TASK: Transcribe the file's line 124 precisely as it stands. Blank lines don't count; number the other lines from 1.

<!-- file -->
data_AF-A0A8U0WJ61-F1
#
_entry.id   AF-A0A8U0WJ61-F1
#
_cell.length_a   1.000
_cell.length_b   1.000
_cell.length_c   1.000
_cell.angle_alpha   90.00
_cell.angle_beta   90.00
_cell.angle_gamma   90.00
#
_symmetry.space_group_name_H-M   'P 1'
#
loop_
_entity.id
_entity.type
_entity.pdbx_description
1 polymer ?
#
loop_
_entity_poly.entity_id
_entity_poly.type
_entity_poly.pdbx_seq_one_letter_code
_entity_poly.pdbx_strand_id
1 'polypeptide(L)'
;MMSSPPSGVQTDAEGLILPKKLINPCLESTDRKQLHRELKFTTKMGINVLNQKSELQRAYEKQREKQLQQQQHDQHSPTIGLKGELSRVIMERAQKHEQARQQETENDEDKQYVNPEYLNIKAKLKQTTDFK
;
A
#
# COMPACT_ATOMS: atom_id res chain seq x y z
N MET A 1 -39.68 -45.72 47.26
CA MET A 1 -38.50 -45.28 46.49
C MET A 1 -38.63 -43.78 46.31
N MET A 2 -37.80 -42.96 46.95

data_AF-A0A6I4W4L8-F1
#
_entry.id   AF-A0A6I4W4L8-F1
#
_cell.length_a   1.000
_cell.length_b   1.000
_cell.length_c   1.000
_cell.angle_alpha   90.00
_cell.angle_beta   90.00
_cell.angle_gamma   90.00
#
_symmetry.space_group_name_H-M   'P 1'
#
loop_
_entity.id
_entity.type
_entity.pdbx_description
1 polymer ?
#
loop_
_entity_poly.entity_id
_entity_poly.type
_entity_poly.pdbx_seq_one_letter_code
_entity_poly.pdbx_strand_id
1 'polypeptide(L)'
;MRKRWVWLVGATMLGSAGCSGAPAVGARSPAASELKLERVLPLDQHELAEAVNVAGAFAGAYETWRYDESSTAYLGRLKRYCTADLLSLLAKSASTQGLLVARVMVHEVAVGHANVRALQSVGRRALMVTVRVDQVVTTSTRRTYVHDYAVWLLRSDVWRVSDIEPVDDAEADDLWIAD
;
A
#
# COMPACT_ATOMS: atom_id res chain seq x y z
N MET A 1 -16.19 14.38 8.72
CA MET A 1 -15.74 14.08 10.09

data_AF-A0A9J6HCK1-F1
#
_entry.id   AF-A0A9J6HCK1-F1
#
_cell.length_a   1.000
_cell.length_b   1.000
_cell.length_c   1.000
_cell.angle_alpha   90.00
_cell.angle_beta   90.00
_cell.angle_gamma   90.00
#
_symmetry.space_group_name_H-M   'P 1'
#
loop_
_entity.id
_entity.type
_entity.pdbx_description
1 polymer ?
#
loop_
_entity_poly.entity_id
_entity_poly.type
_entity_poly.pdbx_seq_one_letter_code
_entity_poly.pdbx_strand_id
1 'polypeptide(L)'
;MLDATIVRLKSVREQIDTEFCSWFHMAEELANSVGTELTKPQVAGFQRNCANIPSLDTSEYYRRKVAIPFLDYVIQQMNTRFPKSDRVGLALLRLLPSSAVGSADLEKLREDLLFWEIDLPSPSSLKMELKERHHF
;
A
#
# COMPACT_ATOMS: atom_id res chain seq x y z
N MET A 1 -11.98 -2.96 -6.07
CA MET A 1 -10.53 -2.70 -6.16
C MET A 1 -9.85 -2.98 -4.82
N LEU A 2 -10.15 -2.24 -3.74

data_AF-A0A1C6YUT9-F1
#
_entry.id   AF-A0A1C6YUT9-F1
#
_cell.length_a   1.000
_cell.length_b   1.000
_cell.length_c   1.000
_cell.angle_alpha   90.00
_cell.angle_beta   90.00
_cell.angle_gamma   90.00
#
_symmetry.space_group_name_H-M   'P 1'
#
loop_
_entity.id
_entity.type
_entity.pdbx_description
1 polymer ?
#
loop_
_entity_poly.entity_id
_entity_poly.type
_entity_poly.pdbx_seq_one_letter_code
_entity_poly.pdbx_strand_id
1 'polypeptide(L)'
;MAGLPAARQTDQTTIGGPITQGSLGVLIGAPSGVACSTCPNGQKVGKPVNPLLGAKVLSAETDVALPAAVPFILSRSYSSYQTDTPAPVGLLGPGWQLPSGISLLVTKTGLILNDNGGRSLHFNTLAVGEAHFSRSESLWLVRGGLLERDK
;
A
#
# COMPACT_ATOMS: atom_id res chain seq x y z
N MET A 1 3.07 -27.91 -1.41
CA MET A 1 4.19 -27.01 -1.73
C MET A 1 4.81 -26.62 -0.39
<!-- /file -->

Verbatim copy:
_entity_poly.pdbx_strand_id